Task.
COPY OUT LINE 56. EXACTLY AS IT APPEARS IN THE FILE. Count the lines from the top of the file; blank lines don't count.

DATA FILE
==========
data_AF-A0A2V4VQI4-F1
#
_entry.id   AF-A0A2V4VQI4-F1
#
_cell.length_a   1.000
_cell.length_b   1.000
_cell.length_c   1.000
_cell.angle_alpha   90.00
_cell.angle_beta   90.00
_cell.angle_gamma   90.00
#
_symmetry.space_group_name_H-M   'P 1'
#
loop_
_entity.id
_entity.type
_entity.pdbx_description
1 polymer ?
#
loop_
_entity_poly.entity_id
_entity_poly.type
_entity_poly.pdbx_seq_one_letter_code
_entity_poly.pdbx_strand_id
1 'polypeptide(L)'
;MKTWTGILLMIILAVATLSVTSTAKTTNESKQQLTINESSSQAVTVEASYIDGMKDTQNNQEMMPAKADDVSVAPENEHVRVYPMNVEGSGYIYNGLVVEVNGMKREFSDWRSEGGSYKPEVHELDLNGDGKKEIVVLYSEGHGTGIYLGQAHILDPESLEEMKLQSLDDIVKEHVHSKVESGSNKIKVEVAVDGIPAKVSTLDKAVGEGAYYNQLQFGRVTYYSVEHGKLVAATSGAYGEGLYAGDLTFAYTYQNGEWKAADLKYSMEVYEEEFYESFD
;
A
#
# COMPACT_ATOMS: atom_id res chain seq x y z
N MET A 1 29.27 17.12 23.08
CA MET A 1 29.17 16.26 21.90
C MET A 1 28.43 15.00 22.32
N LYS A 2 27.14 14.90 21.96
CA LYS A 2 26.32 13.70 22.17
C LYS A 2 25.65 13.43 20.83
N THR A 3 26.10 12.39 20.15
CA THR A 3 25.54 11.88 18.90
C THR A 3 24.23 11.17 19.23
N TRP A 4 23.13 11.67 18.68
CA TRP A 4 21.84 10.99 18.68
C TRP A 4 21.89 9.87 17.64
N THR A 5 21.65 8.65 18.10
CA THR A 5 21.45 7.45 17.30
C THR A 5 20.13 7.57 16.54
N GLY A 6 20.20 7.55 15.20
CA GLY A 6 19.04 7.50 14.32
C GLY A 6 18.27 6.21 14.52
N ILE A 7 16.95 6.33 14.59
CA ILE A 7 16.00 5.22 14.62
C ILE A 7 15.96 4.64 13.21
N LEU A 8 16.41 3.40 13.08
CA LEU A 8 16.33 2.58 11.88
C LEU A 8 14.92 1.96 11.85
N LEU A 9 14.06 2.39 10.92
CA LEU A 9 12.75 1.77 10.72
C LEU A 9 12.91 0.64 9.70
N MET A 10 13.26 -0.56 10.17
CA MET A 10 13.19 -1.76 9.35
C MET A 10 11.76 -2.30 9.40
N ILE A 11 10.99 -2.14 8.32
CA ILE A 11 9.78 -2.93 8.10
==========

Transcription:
CA LEU A 9 12.75 1.77 10.72